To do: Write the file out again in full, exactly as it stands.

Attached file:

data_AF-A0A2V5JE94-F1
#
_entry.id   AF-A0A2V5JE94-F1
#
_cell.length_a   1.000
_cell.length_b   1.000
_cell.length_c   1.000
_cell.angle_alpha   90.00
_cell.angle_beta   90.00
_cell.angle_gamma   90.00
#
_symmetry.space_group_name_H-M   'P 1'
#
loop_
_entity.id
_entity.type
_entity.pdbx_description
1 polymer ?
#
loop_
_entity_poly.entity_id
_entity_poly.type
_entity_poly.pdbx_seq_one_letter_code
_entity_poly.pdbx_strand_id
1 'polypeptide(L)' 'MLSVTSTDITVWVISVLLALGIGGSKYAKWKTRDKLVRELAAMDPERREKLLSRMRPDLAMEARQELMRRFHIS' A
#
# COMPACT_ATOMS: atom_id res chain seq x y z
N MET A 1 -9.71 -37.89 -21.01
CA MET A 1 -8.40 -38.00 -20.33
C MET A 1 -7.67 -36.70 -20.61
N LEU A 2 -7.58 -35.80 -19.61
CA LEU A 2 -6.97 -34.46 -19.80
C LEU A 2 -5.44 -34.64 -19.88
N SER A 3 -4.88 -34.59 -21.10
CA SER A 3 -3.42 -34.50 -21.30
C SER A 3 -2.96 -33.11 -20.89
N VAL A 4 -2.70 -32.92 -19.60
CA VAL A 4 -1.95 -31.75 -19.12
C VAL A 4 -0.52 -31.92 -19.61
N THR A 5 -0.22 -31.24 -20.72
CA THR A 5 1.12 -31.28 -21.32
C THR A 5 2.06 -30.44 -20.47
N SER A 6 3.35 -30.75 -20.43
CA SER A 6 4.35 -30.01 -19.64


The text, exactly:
data_AF-A0A2V5JE94-F1
#
_entry.id   AF-A0A2V5JE94-F1
#
_cell.length_a   1.000
_cell.length_b   1.000
_cell.length_c   1.000
_cell.angle_alpha   90.00
_cell.angle_beta   90.00
_cell.angle_gamma   90.00
#
_symmetry.space_group_name_H-M   'P 1'
#
loop_
_entity.id
_entity.type
_entity.pdbx_description
1 polymer ?
#
loop_
_entity_poly.entity_id
_entity_poly.type
_entity_poly.pdbx_seq_one_letter_code
_entity_poly.pdbx_strand_id
1 'polypeptide(L)' 'MLSVTSTDITVWVISVLLALGIGGSKYAKWKTRDKLVRELAAMDPERREKLLSRMRPDLAMEARQELMRRFHIS' A
#
# COMPACT_ATOMS: atom_id res chain seq x y z
N MET A 1 -9.71 -37.89 -21.01
CA MET A 1 -8.40 -38.00 -20.33
C MET A 1 -7.67 -36.70 -20.61
N LEU A 2 -7.58 -35.80 -19.61
CA LEU A 2 -6.97 -34.46 -19.80
C LEU A 2 -5.44 -34.64 -19.88
N SER A 3 -4.88 -34.59 -21.10
CA SER A 3 -3.42 -34.50 -21.30
C SER A 3 -2.96 -33.11 -20.89
N VAL A 4 -2.70 -32.92 -19.60
CA VAL A 4 -1.95 -31.75 -19.12
C VAL A 4 -0.52 -31.92 -19.61
N THR A 5 -0.22 -31.24 -20.72
CA THR A 5 1.12 -31.28 -21.32
C THR A 5 2.06 -30.44 -20.47
N SER A 6 3.35 -30.75 -20.43
CA SER A 6 4.35 -30.01 -19.64